The 2000s have shown us the worst and best of the franchise. And, oh yeah, proof that lightning can strike twice in one lifetime.
January 31, 2010 3:15 PM
Clockwise from bottom, Sidney Crosby, Brooks Orpik, Jordan Staal, Marc-Andre Fleury, Evgeni Malkin, Sergei Gonchar and Ryan Malone.
By Dave Molinari Pittsburgh Post-Gazette
The past 10 seasons have been, in a lot of ways, a microcosm of the Penguins' time in the NHL.
There were seasons -- it must have felt like 100 of them to people in the organization -- when they were anchored at the bottom of the overall standings and lacked the financial resources to even think about being competitive.
But there also were heady times such as the draft lottery in 2005, when the Penguins hit on a 1-in-30 shot at getting the rights to Sidney Crosby, and the spring of 2009, when they earned their third Stanley Cup.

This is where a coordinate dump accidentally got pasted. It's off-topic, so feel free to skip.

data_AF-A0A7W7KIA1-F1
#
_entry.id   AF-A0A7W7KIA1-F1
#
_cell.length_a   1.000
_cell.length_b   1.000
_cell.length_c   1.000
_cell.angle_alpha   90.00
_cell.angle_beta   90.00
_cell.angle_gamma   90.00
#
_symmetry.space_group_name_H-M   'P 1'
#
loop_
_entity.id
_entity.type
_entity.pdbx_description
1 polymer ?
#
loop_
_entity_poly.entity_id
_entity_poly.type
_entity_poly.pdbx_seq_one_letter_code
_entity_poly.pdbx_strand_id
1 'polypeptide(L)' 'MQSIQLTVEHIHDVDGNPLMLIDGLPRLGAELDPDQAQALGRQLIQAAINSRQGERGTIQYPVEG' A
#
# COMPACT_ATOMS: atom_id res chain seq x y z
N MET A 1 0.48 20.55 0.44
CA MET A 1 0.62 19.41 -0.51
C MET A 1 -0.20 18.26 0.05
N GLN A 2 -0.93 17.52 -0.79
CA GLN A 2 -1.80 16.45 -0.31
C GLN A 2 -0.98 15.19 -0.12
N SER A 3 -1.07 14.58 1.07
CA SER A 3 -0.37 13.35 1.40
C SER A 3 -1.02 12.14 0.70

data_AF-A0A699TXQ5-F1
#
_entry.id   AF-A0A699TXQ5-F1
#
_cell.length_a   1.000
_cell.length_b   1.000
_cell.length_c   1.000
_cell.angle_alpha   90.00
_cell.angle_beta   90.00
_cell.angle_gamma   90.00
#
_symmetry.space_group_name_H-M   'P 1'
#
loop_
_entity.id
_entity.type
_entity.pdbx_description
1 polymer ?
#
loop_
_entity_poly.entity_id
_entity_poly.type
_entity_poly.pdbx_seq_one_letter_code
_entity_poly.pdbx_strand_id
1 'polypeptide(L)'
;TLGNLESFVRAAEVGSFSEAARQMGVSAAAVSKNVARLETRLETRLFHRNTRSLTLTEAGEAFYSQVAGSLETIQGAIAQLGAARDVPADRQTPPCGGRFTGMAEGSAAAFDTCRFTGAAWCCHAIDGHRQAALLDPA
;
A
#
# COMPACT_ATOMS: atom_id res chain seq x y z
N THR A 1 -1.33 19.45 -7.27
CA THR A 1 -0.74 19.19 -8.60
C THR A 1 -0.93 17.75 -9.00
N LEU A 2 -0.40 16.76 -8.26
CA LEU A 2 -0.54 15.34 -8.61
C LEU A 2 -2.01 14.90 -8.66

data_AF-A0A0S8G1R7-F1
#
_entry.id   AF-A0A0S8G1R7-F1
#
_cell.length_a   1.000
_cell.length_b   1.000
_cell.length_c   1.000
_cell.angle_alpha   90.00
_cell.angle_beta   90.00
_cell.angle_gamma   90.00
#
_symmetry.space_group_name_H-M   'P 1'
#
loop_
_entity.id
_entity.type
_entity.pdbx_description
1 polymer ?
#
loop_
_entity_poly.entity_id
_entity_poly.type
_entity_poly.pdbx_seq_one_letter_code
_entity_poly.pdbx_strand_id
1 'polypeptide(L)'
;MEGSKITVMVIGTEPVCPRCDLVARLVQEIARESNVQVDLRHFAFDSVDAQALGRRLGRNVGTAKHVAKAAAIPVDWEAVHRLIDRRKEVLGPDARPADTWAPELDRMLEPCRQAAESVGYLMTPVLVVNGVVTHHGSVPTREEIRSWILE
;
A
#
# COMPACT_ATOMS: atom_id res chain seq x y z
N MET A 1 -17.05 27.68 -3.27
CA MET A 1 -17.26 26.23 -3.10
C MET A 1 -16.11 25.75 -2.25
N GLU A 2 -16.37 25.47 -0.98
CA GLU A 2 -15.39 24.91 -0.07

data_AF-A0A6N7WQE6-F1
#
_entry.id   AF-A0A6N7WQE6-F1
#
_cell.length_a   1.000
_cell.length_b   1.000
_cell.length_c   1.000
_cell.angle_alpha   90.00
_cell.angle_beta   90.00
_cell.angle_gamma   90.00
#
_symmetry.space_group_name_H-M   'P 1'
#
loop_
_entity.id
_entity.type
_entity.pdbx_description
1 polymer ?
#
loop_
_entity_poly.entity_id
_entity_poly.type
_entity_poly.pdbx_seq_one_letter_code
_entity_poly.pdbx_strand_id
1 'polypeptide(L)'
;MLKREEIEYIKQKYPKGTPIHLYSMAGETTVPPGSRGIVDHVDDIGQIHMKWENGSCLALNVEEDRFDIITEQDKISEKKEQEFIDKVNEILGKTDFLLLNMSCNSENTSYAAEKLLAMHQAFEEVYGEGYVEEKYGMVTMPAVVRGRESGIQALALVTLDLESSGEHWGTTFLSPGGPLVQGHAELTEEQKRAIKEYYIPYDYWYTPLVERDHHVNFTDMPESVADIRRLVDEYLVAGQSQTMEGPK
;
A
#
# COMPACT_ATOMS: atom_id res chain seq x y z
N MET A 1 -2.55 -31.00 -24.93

And while a lot of forgettable players have passed through here since the fall of 2000 -- anyone thought much about Patrick Boileau or John Jakopin lately? -- there also have been some guys who left an indelible mark, and they provide the foundation for the Penguins' Team of the 2000s.
The intent, as with the teams from the previous four decades, was not to identify the 12 most talented forwards and six most skilled defensemen, but to assemble a team that follows the rough template of the 2009-10 Penguins:
Two lines counted on to drive the offense, a third that's good at both ends and an "energy line" that blends physicality with responsible defense. The defense pairings are intended to offer a balance of offense and defense.
Players were selected on the basis of their performance for the Penguins during the period of 2000-01 through the present.